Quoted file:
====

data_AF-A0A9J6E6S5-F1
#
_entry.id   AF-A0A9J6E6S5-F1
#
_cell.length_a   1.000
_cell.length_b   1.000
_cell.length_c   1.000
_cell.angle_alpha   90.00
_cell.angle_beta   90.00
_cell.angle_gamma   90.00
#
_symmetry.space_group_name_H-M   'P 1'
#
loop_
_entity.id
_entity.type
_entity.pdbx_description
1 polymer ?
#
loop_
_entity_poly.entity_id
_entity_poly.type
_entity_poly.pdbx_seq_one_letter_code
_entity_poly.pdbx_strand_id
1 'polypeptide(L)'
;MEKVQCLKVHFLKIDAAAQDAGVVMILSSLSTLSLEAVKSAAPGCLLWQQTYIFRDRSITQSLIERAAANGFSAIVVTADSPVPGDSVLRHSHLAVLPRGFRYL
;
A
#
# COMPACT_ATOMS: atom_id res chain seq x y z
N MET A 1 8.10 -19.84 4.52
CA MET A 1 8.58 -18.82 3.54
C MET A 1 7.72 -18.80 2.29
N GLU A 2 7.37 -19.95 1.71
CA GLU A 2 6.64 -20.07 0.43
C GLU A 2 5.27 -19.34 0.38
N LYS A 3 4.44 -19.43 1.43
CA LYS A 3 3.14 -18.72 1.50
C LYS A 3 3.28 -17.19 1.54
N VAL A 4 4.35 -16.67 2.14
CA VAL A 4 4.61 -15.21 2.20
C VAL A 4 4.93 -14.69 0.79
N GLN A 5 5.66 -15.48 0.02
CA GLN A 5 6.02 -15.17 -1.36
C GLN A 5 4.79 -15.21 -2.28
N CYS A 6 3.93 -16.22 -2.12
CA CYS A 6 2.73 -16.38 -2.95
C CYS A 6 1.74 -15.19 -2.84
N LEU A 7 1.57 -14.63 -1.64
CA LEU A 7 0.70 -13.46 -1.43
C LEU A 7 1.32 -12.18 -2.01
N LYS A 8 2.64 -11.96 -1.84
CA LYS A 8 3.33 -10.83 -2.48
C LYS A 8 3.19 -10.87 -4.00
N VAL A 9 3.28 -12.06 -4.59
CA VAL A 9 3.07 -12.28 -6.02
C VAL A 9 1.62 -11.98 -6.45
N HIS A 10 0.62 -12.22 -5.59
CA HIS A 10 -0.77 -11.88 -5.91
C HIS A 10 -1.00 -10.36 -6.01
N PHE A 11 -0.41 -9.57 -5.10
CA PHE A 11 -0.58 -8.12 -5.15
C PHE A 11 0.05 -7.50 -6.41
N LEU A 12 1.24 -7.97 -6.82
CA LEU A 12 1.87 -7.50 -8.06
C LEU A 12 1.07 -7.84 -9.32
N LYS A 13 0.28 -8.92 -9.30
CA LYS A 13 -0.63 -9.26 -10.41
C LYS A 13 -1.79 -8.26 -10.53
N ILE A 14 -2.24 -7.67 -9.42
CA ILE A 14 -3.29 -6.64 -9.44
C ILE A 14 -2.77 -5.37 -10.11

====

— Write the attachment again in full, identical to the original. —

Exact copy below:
data_AF-A0A9J6E6S5-F1
#
_entry.id   AF-A0A9J6E6S5-F1
#
_cell.length_a   1.000
_cell.length_b   1.000
_cell.length_c   1.000
_cell.angle_alpha   90.00
_cell.angle_beta   90.00
_cell.angle_gamma   90.00
#
_symmetry.space_group_name_H-M   'P 1'
#
loop_
_entity.id
_entity.type
_entity.pdbx_description
1 polymer ?
#
loop_
_entity_poly.entity_id
_entity_poly.type
_entity_poly.pdbx_seq_one_letter_code
_entity_poly.pdbx_strand_id
1 'polypeptide(L)'
;MEKVQCLKVHFLKIDAAAQDAGVVMILSSLSTLSLEAVKSAAPGCLLWQQTYIFRDRSITQSLIERAAANGFSAIVVTADSPVPGDSVLRHSHLAVLPRGFRYL
;
A
#
# COMPACT_ATOMS: atom_id res chain seq x y z
N MET A 1 8.10 -19.84 4.52
CA MET A 1 8.58 -18.82 3.54
C MET A 1 7.72 -18.80 2.29
N GLU A 2 7.37 -19.95 1.71
CA GLU A 2 6.64 -20.07 0.43
C GLU A 2 5.27 -19.34 0.38
N LYS A 3 4.44 -19.43 1.43
CA LYS A 3 3.14 -18.72 1.50
C LYS A 3 3.28 -17.19 1.54
N VAL A 4 4.35 -16.67 2.14
CA VAL A 4 4.61 -15.21 2.20
C VAL A 4 4.93 -14.69 0.79
N GLN A 5 5.66 -15.48 0.02
CA GLN A 5 6.02 -15.17 -1.36
C GLN A 5 4.79 -15.21 -2.28
N CYS A 6 3.93 -16.22 -2.12
CA CYS A 6 2.73 -16.38 -2.95
C CYS A 6 1.74 -15.19 -2.84
N LEU A 7 1.57 -14.63 -1.64
CA LEU A 7 0.70 -13.46 -1.43
C LEU A 7 1.32 -12.18 -2.01
N LYS A 8 2.64 -11.96 -1.84
CA LYS A 8 3.33 -10.83 -2.48
C LYS A 8 3.19 -10.87 -4.00
N VAL A 9 3.28 -12.06 -4.59
CA VAL A 9 3.07 -12.28 -6.02
C VAL A 9 1.62 -11.98 -6.45
N HIS A 10 0.62 -12.22 -5.59
CA HIS A 10 -0.77 -11.88 -5.91
C HIS A 10 -1.00 -10.36 -6.01
N PHE A 11 -0.41 -9.57 -5.10
CA PHE A 11 -0.58 -8.12 -5.15
C PHE A 11 0.05 -7.50 -6.41
N LEU A 12 1.24 -7.97 -6.82
CA LEU A 12 1.87 -7.50 -8.06
C LEU A 12 1.07 -7.84 -9.32
N LYS A 13 0.28 -8.92 -9.30
CA LYS A 13 -0.63 -9.26 -10.41
C LYS A 13 -1.79 -8.26 -10.53
N ILE A 14 -2.24 -7.67 -9.42
CA ILE A 14 -3.29 -6.64 -9.44
C ILE A 14 -2.77 -5.37 -10.11